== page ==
Valkrys a Heroine with Fur (True Story)

It was a dark and stormy night back in April of 1992 when I woke at 3am to the cries of fear from a young puppy who had been lost. He was curled into a tiny white-yellow ball outside my window, yowling for his lost mother and siblings each time lightning flashed overhead and the thunder roared. It was pouring down rain and the poor little guy was soaked through and through. I picked him up and he shivered as I placed him inside my raincoat and I searched up and down the street for close to thirty minutes in the torrential downpour for the mother to no avail. I brought the little guy inside, and he snuggled up close to me with a sigh of contentment, and we fell asleep.

When I woke the next morning, I fed him some of our old dog's food and gave him some water. It was bright and sunny, a big contrast to the night's storm. The air was crisp and clean, and the ground was wet and steaming. The little white-yellow shepherd followed my every move and footstep, making sure I was not going to leave him, and happily licked my chin when I picked him up and took him outside. He was very cute, but I knew someone would be missing him.

I asked my neighbor if they knew who owned him, and I was told there was a white shepherd adult male around the corner and they might know. With the little boy trotting behind me faithfully, I headed in that direction, only to see some folks heading my way down the street calling out at least six different names I assumed were more puppies. With a large smile they saw my young visitor and called out to him. Oddly enough, he sat behind me, cocked his head and wagged his tail. I asked them if he was for sale, and they said no, that he had already been spoken for. I liked the little boy so much I asked if any of the other puppies were for sale, and they said yes, they had two girls left.

They told me the mother got out of the fence with five of the six pups last night, and they had been trying to find them. They were happy to find that the bundle of white fur had been well cared for, but I was sad to give him back. I followed them back, though, to view to the two girls. Valkrys was beautiful, a spunky little twelve week old black and tan pup who took one look at me and yapped happily before trotting over to paw at my leg. It was love at first sight.

Seeing her brother and her other sister, I asked what all she was mixed with and got a funny look before being told they didn't know, not that it really mattered to me. Almost immediately Valkrys took to my son, and they became best buddies.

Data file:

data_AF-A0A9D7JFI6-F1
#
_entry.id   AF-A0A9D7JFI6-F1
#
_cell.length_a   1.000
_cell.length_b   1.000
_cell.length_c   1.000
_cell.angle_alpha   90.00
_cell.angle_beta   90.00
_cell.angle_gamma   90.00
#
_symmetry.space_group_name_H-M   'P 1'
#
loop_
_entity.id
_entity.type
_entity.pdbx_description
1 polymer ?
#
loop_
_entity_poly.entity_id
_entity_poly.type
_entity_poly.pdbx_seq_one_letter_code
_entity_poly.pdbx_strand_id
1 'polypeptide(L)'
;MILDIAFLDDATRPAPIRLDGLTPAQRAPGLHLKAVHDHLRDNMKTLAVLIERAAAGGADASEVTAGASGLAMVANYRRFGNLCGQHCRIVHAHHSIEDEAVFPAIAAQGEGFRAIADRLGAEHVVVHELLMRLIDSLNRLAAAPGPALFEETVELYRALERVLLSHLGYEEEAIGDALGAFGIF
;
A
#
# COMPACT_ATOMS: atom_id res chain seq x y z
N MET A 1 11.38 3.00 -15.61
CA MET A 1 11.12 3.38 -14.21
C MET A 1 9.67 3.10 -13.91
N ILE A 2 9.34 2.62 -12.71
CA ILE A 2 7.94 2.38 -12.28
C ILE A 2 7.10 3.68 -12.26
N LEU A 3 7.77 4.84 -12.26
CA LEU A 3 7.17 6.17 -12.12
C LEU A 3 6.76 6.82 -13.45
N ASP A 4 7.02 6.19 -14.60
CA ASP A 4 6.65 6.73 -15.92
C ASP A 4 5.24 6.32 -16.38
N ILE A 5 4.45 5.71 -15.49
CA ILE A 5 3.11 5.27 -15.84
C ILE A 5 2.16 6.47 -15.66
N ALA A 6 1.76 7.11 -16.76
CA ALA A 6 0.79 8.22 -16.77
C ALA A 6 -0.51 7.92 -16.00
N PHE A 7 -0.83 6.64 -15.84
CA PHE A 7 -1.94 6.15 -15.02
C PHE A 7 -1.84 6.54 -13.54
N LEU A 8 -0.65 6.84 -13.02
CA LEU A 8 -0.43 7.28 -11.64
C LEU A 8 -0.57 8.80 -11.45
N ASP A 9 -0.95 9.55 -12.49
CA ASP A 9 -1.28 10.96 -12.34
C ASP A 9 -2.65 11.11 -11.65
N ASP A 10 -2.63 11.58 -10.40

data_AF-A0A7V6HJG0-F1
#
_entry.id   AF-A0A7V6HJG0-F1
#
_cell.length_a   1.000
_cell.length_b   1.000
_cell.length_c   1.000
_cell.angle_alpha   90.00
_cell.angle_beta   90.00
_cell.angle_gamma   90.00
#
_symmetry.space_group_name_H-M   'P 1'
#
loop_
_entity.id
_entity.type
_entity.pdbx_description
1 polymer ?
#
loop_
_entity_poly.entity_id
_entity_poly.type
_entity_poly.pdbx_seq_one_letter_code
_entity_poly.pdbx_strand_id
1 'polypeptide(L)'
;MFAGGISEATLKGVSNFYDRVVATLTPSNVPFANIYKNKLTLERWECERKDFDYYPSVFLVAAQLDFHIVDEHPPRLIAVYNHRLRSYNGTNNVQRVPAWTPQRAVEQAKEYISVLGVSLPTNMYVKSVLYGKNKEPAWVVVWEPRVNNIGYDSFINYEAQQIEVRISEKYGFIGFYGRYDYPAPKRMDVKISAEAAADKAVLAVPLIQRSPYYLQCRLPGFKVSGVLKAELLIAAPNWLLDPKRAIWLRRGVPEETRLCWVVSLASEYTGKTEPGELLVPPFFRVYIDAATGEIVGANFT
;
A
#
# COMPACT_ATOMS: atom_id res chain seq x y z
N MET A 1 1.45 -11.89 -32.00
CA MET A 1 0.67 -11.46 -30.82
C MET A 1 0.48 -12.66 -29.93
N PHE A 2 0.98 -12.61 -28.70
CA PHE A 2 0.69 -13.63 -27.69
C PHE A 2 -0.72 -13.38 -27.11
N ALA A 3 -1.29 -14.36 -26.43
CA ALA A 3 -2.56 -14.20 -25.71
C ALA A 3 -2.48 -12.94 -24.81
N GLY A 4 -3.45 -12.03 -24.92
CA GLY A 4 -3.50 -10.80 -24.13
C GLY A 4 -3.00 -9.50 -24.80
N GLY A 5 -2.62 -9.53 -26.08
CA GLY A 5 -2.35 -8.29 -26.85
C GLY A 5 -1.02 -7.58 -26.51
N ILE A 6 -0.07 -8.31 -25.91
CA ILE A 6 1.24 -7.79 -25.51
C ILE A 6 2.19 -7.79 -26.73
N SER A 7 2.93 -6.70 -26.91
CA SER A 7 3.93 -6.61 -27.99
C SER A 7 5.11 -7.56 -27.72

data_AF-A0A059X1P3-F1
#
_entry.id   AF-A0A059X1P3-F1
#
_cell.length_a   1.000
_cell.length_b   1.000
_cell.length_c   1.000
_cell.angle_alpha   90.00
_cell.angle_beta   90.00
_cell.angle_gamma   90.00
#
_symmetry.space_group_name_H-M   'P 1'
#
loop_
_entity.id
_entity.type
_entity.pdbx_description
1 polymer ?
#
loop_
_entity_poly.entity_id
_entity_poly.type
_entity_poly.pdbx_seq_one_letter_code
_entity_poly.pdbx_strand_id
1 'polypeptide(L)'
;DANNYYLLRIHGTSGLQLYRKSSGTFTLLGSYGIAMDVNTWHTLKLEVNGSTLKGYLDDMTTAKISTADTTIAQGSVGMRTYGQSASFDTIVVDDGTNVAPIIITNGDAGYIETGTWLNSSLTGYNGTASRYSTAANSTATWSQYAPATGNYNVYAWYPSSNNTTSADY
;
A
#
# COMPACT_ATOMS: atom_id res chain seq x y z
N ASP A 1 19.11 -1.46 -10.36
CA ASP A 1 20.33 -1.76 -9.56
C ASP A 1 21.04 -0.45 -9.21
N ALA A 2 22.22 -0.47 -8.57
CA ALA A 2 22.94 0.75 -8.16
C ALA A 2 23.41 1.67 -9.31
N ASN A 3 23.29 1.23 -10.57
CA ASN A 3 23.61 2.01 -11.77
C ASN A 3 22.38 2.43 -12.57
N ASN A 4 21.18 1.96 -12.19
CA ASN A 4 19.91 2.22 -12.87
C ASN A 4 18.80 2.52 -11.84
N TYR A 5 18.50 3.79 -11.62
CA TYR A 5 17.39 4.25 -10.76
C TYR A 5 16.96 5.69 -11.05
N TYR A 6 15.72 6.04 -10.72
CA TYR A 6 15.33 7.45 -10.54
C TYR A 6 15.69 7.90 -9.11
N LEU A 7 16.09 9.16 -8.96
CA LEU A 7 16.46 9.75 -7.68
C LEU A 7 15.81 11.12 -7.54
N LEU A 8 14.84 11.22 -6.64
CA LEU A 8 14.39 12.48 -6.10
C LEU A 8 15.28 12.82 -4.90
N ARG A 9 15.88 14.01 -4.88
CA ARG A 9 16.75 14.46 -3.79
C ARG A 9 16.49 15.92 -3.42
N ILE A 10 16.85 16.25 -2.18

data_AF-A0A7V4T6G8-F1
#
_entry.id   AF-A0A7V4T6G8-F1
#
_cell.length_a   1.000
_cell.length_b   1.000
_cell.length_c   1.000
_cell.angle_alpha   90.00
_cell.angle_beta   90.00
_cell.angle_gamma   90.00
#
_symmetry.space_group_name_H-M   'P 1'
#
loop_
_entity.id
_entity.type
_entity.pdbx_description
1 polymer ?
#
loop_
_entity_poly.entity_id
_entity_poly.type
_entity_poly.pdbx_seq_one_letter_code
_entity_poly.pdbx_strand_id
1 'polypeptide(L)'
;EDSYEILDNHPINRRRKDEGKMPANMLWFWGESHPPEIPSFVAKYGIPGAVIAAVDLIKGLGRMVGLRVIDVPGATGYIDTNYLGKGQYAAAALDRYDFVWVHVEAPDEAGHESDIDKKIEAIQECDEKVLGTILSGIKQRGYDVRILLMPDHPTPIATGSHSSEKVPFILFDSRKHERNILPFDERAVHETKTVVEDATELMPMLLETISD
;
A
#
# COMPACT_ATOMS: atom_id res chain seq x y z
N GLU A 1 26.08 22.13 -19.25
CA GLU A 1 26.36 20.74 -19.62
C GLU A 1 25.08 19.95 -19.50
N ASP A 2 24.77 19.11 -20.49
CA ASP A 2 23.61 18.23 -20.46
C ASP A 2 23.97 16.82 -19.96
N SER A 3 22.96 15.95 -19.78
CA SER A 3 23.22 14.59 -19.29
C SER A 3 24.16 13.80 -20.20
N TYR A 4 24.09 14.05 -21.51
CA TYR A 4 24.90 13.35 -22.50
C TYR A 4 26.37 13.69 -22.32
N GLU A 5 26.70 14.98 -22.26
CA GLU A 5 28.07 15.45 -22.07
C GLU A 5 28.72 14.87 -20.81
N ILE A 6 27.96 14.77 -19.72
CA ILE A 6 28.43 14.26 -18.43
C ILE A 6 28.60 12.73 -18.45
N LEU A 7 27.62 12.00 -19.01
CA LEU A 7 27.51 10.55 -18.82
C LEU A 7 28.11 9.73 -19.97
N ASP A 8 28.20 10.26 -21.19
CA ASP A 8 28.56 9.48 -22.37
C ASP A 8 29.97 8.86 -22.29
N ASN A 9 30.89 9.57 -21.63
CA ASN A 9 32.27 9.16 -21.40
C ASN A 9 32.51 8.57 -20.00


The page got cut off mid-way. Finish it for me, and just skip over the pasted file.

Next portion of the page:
She was a happy puppy, played fetch and tug-o-war, and had the cutest move ever. When you tugged lightly on her tail, she would hop backwards three times and yip, then run forward. We laughingly called it puppy-reverse.

As she grew older, it was apparent that Valkrys was no ordinary dog. At around nine months of age, she was still a bit clumsy, growing in to her large paws, but she was a very smart girl.

One night in the fall of the year, my husband and I were watching TV in the den which was on the bottom floor of our split level. It was a large carpeted area with bookshelves and a door that opened out to the fenced in back yard. Ordinarily, when Valkrys wanted out, she would go to the door and whine. On this night, though, she ran up the stairs, whining, then ran back down, yipping and whining urgently. Puzzled, I asked her if she wanted out, which she barked at me, but instead of going to the door, she ran back up the stairs.

Knowing better than to ignore her plea, I immediately followed, and she ran to our son’s door. She frantically started digging at the carpet underneath it, and realization dawned on me there was something seriously wrong in our son’s room! In the next fraction of a second, I could smell the smoke, and cleared the last couple of stairs and the intervening distance in one leap. The handle was cool as I yanked open the door in rising fear. To my horror, flames were leaping up the wall not more than one foot from my son’s head where he was sound asleep! One more leap had me at the bedside, picking him up and handing him to Jim as he ran up behind me.

“Get him out!” I ordered as I turned to deal with the fire.

Grabbing a blanket from the bed, I smothered the flames, and pulled the cord of the transformer that had started it. The plastic was so melted the wires pulled free easily, but left the rest of the transformer in the wall! Grabbing a dustpan, I levered the rest of it out of the socket and wrapped it up in the now half-melted blanket, took it all outside and doused it with the hose.

Only then did it occur to me what would have happened if Valkrys had not warned us, and I sat down shuddering, as I praised and petted our heroine.

Valkrys went on to do many wonderful and amazing things, such stories as “The Dog Who Beat the Radio Fence”, and “The Ninja Pizza Thief”. She has always been close and dear to our hearts, well loved and well looked after.